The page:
The Van Morrison MasterClass: Week 8
“I write songs. Then, I record them. And, later, maybe I perform them on stage. That’s what I do. That’s my job. Simple.”
THE VAN MORRISON MASTERCLASS: WEEK 8
DAY 50: Van Morrison at Montreux
“Smoke on the Water” (Deep Purple — 1971)
“Smoke on the Water” begins with one of the greatest guitar riffs in rock history.
“Dun, dun, dun
dun, dun, dun, dun-dun….”
Then the rat-tat-tat of drum cymbals come in, accompanied by a thundering bassline, which then launches into vocals that, until this writing project, I’d never really contemplated before.
I doubt many rock fans reading this who likely know every note of the song are quite as familiar with the backstory which led to the unusual lyrical narrative. Word-for-word, the true story is told of what happened during a deadly fire that broke out during a rock concert inside the casino ballroom at Montreux, Switzerland.
In December 1971 British rockers Deep Purple arrived on the shores of Lake Geneva to record a new album. The entertainment complex was part of the Montreux Casino…..
“We all came out to Montreux
On the Lake Geneva shoreline
To make records with a mobile
We didn’t have much time.”
The night before recording was set to begin, Frank Zappa and The Mothers of Invention were playing at the casino. The scene got really wild. Someone in the crowd fired a flare gun into the stage cover, which suddenly burst into flames. The scene turned into chaos.
“Frank Zappa and the Mothers
Were at the best place around
But some stupid with a flare gun
Burned the place to the ground.”
Deep Purple watched the bizarre scene from their hotel room. The entire casino complex and entertainment venue burned to the ground. Frank Zappa’s band also lost all their equipment in the fire. Witnessing the surreal experience, “Smoke on the Water” somehow materialized out of the ashes and the rest, as they say, is history.
“Smoke on the water,
a fire in the sky.”
The entire casino and entertainment complex was gutted by fire. Deep Purple’s recording plans were ruined. With no other option, they set up a makeshift recording studio in the hotel and laid down most of the tracks for what would become their most successful album, titled Machine Head.
The impromptu song wasn’t expected to do much and was a reluctant addition to the album. It became Deep Purple’s biggest hit. Today, “Smoke on the Water” is honored by a sculpture along the shores of Lake Geneva.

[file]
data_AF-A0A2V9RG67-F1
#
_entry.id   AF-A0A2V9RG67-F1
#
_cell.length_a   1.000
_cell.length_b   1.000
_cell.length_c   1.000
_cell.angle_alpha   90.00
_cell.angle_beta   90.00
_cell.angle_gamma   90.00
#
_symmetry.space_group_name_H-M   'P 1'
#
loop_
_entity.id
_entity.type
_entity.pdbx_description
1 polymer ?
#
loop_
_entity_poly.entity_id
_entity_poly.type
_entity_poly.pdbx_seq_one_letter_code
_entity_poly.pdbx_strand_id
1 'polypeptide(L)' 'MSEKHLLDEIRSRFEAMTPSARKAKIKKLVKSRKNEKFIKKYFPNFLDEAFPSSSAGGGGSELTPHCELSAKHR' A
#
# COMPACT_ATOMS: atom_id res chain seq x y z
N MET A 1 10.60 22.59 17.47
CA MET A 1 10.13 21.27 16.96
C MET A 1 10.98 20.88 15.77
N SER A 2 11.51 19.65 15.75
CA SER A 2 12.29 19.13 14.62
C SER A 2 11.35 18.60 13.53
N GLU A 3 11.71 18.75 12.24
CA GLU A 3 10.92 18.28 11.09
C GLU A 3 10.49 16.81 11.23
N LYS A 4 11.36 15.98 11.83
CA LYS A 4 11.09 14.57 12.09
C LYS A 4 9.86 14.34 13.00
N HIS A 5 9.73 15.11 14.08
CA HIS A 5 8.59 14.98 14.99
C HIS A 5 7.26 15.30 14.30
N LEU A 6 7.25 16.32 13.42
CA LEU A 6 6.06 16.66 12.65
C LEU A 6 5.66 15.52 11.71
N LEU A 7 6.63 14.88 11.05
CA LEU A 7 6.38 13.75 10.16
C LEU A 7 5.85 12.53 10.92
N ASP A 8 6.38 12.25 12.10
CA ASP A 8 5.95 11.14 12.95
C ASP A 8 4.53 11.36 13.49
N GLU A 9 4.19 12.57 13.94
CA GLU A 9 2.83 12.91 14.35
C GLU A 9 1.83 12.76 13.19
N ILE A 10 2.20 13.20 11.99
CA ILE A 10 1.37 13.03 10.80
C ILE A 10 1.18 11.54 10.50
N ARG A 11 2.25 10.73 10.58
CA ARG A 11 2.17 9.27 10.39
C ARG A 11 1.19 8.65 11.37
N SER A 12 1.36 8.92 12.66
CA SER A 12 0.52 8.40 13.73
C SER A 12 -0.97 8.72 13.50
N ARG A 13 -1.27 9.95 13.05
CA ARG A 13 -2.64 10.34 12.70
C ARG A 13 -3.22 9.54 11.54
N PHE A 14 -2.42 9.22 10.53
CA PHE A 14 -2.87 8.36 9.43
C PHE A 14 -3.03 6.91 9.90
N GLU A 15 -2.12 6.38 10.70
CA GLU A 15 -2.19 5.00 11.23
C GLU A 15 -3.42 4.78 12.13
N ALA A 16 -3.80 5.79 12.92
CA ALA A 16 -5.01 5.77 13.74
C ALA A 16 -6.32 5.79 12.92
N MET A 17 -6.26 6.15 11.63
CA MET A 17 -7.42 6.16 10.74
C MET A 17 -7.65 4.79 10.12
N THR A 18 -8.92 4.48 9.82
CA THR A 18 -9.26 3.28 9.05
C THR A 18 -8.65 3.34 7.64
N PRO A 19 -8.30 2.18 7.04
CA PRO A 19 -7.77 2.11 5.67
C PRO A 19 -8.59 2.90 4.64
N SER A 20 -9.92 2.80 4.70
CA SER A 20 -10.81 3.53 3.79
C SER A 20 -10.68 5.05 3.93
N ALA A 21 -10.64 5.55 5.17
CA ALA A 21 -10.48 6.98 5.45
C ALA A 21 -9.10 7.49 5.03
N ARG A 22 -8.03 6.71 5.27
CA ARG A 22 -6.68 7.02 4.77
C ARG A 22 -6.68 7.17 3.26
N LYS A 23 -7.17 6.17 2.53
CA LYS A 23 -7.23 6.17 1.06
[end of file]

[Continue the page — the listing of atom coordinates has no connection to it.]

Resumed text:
Which now brings us to….Van Morrison.
Van made his first of 18 appearances (so far) at the Montreux Jazz Festival in 1974. He’s performed at Montreux more times than anyone, other than anyone other than B.B. King and Herbie Hancock. Van’s first of two live shows the first year ignited a bit of controversy when he screamed to someone in the audience to “fuck off.” Often cantankerous while onstage and obtuse to the extremes of disbelief, the debut performance is nonetheless, widely regarded as one of the best of his career.
During this week’s installments, I’ll be writing more about Van’s live concerts at Montreux, because there have been so many and such great music came from that stage. But first, it’s fun to know the real backstory of the special venue where all this takes place and its indelible impact on our rock n’ roll memories.
This song and soundtrack (posted here) have a great video collage of the 1971 fire.
DAY 51: “Street Choir” (1974 — Live Performance at Montreux)
After the Montreux Casino on Lake Geneva in Switzerland burned to the ground in 1971, the famed international jazz festival was in limbo. There were questions about where to hold the performances. There were also fears that unruly crowds might recreate the incident that inspired “Smoke on the Water.” But the real crux was rapidly changing musical tastes at the time, and a debate as to whether rock n’ roll, R&B, and other non-jazz acts belonged on the festival bill.
The Montreux Jazz Festival would quickly grow into the second largest of its kind in the world, thanks to the pragmatic decision made by organizers to broaden the invitee list to big names, some not commonly associated with jazz.
Fortunately for Van Morrison, his jazz credentials were solidly in the bag by 1974. He’d recorded numerous jazz-infused tracks, had an encyclopedic knowledge of jazz standards, released a transcendent smash hit album, Moondance that enjoyed rare crossover appeal with both rock and jazz audiences. And — Van played the saxophone!
Van and his hastily assembled band played two shows at Montreux in their first year. It’s inconceivable as to why these live shows turned out so well. The best explanation is superior musicianship, led by drummer Dallas Taylor, sitting in with Van for the first time. Taylor was the drummer for Crosby, Stills, and Nash.
Van’s debut at Montreux is a juxtaposition of awkwardness and near-total withdrawal from rock superstardom which oddly metastasizes into par excellence. The four musicians onstage had barely even rehearsed together, yet they cover an entire set of Van’s original recordings, with no notes nor sheet music. It’s astounding to watch. Van is clearly in a period of transition here as a live performer. He’s abandoned all pretense of rock expectation, showing up on stage looking like a math tutor. There’s even a false start at the beginning of the track.
“Street Choir” was the only song played that night known to the audience. Fans expecting to hear “the hits” were upset, leading to an infamous incident that shall be discussed later. “Street Choir” was originally written as an acapella song, intended as the title track on an entirely non-instrumental collection. In fact, the entire album was to be acapella, which would have been quite a stretch to pull off. But Van abandoned the concept after a few sessions.